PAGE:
We invite perspectives that explore identity, bodies, boundaries, sexuality and futurity. We likewise invite reflections on whether the nature of our origins tells us anything about who and what we are; whether it lays the ground for understanding what we will become and how our future will unfold. What is the nature of our transition from birth through life to death? Is the end present in the beginning, and does this complicate our notions of evolutions and transitions as forward progress? What does it mean to be pregnant? To impregnate? What concerns are raised about a woman’s body historically, culturally, politically, her ability to feed, grow and harbour new life, as well as her control over her own reproductive destiny? What about bodies that replicate without sex? Cloning? Hermaphroditic reproduction? What about non-human reproduction, about invasive species, about viral epidemics?

We encourage scholarly contributions from inter, multi and transdisciplinary perspectives, from practitioners working in all contexts, professionals, ngo’s and those from the voluntary sector. We will entertain submissions drawn from literature, medicine, politics, social history, film, television, graphic novels and manga, from science to science fiction.

Topics may include but are not limited to:

  • Historical medical discourses about reproduction
  • The monstrosity of birth: monstrous births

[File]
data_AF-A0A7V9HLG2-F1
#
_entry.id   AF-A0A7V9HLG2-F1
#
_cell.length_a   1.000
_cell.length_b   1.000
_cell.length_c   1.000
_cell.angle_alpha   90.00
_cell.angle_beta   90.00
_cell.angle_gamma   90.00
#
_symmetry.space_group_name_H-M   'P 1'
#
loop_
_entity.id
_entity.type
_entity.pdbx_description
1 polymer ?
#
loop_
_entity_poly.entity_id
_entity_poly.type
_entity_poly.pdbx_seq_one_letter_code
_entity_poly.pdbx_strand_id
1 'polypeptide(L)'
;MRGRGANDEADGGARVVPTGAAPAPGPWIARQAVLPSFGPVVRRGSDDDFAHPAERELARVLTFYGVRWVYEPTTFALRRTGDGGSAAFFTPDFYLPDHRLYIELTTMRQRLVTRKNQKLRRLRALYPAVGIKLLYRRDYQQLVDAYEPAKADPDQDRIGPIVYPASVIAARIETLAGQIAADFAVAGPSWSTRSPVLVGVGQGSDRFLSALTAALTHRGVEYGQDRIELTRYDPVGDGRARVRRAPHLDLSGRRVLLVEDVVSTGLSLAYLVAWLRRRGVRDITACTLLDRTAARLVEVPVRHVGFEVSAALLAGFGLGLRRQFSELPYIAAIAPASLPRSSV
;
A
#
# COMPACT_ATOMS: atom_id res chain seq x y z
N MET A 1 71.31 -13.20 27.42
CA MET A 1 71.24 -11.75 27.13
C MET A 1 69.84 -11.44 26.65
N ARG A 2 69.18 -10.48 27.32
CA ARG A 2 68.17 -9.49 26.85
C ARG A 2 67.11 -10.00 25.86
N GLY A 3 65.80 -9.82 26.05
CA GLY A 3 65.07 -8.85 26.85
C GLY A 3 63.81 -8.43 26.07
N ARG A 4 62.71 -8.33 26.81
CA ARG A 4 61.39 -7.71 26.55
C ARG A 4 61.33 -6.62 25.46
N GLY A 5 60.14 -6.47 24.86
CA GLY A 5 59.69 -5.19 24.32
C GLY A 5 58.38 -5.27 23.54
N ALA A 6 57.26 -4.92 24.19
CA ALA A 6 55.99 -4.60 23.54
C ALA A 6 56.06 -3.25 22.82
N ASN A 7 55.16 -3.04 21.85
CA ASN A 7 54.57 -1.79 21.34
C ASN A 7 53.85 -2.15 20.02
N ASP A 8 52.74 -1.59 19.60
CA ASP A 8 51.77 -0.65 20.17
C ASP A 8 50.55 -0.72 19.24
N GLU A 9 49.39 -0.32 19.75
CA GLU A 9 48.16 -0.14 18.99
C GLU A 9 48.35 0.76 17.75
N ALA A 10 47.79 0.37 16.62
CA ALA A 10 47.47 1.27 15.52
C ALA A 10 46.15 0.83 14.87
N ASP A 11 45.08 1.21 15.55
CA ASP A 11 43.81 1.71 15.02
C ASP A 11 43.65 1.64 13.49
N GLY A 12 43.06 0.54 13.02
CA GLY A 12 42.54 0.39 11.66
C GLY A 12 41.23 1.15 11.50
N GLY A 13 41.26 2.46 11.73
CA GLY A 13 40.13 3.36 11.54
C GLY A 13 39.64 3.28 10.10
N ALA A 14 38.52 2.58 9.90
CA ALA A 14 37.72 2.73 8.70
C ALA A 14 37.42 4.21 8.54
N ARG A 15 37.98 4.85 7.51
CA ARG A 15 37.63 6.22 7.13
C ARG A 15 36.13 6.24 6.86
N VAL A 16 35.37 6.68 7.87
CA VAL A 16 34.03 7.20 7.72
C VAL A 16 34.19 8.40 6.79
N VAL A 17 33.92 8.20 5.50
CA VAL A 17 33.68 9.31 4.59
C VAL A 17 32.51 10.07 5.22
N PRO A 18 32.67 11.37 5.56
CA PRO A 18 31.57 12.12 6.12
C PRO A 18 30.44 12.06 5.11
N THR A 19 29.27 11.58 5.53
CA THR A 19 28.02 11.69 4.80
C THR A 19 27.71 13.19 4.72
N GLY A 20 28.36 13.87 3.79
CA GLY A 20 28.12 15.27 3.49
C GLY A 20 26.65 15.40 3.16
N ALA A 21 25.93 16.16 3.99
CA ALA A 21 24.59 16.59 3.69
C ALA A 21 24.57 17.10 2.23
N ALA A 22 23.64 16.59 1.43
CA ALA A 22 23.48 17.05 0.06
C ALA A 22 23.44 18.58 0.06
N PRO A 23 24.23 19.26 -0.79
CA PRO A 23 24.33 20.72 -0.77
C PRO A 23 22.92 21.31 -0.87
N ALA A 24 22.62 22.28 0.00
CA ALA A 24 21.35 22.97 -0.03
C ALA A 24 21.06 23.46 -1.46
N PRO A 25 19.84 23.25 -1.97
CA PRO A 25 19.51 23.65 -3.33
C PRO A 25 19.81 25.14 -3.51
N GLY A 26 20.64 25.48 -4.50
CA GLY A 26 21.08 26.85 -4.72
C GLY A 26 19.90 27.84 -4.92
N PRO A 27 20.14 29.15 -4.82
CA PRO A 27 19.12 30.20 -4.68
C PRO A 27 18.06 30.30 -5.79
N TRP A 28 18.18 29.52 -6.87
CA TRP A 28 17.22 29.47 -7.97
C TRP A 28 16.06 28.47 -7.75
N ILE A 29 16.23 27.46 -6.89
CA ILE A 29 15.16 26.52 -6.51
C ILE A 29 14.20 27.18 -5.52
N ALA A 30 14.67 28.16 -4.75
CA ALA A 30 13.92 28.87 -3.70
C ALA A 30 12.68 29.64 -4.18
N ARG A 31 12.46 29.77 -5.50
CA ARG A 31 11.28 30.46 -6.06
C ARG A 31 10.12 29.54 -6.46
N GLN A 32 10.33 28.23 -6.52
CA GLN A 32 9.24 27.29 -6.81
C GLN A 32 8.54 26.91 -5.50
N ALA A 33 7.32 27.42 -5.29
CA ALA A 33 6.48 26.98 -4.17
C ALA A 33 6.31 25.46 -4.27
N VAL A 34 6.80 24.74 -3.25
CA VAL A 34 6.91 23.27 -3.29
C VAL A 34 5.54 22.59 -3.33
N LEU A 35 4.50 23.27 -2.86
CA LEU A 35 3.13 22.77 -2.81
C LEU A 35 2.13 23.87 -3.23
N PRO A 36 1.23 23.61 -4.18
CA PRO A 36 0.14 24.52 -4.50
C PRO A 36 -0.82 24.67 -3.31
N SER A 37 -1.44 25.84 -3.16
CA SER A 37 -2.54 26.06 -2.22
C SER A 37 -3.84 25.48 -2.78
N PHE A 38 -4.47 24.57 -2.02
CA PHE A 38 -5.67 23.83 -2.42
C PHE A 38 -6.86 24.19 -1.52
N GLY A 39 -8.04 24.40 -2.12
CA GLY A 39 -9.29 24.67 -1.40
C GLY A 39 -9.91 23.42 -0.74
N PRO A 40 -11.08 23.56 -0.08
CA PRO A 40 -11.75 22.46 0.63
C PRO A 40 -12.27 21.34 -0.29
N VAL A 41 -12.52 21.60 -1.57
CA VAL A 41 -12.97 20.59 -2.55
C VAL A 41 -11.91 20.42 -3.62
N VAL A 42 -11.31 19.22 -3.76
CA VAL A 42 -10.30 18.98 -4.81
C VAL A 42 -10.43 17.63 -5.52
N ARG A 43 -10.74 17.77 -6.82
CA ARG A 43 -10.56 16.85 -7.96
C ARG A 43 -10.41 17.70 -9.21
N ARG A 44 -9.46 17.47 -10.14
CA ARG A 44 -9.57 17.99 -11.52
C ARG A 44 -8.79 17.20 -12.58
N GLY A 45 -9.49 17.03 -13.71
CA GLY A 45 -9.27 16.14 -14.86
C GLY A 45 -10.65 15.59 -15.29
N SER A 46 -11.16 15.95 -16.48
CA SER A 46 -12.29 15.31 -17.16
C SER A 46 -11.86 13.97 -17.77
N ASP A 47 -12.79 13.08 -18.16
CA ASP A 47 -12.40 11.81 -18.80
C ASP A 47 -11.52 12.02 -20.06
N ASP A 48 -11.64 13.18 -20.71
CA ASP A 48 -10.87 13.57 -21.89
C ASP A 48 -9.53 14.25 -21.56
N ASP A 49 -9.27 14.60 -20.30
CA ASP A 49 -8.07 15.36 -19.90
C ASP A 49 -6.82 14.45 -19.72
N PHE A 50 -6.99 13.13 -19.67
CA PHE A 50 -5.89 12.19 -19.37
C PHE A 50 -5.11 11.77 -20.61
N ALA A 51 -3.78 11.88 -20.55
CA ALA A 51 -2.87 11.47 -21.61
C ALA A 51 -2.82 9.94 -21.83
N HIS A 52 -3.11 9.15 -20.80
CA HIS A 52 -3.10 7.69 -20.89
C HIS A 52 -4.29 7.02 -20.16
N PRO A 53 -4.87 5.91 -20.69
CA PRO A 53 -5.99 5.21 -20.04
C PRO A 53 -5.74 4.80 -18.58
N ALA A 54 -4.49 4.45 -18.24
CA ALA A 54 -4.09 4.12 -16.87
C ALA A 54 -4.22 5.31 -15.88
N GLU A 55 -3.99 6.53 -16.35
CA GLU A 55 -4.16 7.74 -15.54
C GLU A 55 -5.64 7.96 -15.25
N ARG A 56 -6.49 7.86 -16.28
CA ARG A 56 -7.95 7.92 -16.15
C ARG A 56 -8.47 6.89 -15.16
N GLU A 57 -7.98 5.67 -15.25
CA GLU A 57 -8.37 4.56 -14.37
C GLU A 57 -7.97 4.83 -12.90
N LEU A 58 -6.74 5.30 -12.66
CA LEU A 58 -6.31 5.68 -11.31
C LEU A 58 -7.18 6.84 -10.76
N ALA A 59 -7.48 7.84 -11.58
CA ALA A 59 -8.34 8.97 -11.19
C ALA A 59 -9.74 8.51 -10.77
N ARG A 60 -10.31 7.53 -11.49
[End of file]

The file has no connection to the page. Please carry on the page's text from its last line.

• Birth in the dystopic narrative
  • Freak(s) – of nature; of technology; accidents of birth
  • Religious discourse of reproduction
  • Gender and biomedicine
  • Queering reproduction
  • Motherhood/fatherhood/parenthood
  • Technologies of and for the body
  • Reproduction and ethical practice
  • Managing reproductive bodies: law, health care and medical practice
  • The “changing” body: rebirth and metamorphosis
  • Invading and possessing bodies
  • Eugenics, social biology and inter-racial generation
  • Genetic engineering and “nightmare” reproductions
  • Science fiction: inter-species reproduction: non-human reproduction
  • Viral reproduction and pandemic

What to submit:
The Steering Group particularly welcomes the submission of pre-formed panel proposals. Presentations will also be considered on any related theme. 300 word abstracts should be submitted by Friday 4th January 2013. 300 word abstracts should be submitted simultaneously to both Organising Chairs; abstracts may be in Word, WordPerfect, or RTF formats with the following information and in this order:

a) author(s), b) affiliation, c) email address, d) title of abstract, e) body of abstract, f) up to 10 keywords.
E-mails should be entitled: BR1 Abstract Submission

Please use plain text (Times Roman 12) and abstain from using footnotes and any special formatting, characters or emphasis (such as bold, italics or underline). We acknowledge receipt and answer to all paper proposals submitted. If you do not receive a reply from us in a week you should assume we did not receive your proposal; it might be lost in cyberspace! We suggest, then, to look for an alternative electronic route or resend.

Organising Chairs:

Brandy Schillace: bschillace@inter-disciplinary.net
Rob Fisher: br1@inter-disciplinary.net

The conference is part of the Probing the Boundaries programme of research projects. It aims to bring together people from different areas and interests to share ideas and explore various discussions which are innovative and exciting. All papers accepted for and presented at the conference will be eligible for publication in an ISBN eBook.  Selected papers may be developed for publication in a themed hard copy volume(s)